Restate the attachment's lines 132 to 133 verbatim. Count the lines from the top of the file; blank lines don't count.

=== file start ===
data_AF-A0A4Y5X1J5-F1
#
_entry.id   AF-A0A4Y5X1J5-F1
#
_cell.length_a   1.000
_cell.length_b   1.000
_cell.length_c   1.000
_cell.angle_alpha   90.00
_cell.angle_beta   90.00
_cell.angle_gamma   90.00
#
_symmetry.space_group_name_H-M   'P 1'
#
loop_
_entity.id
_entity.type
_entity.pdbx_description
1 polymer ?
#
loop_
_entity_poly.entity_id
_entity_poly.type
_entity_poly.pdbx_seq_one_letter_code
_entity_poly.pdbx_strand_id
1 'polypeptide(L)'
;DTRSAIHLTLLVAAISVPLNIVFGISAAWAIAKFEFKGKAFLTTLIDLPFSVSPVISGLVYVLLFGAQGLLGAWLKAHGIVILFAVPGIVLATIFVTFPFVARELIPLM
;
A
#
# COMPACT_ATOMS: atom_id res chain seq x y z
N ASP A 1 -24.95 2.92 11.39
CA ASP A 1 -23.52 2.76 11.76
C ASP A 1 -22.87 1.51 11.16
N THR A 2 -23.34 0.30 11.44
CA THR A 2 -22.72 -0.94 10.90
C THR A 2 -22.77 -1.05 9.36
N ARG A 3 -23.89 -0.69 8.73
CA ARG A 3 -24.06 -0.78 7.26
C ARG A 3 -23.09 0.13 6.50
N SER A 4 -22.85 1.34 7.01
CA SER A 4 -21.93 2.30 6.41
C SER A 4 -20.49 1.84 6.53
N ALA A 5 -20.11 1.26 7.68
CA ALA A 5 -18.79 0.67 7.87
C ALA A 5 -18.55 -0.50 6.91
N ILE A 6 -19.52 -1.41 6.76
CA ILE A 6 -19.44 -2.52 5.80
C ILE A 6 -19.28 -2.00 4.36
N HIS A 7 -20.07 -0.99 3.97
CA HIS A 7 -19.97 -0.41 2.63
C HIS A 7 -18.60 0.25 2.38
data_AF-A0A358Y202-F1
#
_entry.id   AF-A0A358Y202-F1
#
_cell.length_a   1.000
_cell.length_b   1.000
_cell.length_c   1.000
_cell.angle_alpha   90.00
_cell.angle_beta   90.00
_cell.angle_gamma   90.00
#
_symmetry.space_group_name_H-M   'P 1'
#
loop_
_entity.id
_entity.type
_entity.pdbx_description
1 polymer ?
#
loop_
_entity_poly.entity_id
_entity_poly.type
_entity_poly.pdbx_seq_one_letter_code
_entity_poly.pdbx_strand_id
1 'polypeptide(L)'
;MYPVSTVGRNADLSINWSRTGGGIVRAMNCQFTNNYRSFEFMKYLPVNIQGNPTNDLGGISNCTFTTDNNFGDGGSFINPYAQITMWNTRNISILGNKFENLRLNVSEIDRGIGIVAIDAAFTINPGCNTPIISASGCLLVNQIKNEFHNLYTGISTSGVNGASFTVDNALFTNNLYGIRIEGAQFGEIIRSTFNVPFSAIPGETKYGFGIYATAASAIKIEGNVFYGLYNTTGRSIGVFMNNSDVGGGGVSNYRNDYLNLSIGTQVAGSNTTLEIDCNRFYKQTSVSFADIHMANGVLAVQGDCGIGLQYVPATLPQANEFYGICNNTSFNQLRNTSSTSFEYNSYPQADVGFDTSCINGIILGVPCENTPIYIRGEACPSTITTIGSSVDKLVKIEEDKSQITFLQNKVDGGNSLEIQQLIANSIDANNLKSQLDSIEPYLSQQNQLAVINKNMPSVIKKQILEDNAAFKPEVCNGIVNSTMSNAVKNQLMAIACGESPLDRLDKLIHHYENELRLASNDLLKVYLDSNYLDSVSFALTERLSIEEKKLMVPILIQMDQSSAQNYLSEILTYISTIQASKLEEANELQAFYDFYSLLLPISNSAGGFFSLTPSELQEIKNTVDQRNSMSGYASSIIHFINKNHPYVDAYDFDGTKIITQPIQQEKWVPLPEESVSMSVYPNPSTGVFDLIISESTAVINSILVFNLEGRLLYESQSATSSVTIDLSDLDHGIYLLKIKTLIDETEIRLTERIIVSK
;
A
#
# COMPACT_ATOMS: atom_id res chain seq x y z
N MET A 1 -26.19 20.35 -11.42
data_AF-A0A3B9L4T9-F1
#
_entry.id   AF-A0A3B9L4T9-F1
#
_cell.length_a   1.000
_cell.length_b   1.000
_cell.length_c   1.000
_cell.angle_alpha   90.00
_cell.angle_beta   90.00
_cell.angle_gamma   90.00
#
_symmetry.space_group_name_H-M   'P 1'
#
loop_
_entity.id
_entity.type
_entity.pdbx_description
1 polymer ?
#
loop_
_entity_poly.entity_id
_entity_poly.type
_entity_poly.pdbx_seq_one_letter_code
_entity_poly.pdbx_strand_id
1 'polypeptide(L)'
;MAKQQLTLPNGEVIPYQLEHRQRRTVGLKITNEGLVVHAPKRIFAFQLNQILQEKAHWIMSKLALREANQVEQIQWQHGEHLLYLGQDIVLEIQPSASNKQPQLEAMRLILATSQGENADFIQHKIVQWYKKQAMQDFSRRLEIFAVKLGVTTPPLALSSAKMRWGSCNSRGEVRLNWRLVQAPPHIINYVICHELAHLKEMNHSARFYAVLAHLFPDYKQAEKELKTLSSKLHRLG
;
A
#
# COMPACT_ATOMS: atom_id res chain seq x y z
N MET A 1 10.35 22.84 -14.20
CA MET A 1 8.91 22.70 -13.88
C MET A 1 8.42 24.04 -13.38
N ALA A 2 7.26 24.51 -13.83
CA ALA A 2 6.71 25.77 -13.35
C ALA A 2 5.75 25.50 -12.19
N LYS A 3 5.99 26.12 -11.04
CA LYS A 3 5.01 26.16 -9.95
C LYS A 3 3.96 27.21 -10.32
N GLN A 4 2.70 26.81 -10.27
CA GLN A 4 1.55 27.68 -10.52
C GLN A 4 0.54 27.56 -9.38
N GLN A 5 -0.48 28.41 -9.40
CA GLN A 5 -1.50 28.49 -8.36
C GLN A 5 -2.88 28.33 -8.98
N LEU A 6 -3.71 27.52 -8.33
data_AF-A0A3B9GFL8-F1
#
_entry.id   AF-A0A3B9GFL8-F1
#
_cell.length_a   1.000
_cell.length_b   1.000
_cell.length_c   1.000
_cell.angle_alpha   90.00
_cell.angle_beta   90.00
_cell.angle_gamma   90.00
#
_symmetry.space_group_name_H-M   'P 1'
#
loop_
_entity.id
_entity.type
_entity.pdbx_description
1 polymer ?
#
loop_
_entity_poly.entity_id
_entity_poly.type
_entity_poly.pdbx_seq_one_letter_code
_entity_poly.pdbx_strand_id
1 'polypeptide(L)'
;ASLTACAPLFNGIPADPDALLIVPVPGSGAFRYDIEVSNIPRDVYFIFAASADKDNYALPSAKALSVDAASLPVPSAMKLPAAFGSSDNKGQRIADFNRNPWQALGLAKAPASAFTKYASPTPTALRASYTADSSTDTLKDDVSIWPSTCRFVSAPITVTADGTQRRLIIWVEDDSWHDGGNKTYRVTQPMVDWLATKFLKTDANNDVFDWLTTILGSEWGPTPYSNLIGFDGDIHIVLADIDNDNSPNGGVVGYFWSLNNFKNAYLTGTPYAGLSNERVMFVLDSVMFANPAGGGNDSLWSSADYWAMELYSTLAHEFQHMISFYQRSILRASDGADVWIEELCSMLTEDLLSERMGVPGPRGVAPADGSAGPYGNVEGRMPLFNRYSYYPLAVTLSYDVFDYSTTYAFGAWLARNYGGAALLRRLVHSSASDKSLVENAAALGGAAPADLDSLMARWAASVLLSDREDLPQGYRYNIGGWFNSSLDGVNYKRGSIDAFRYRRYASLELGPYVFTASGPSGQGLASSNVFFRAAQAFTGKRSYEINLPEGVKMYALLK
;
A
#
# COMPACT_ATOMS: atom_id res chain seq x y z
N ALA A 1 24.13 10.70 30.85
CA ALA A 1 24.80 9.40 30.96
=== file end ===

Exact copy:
#
_cell.length_a   1.000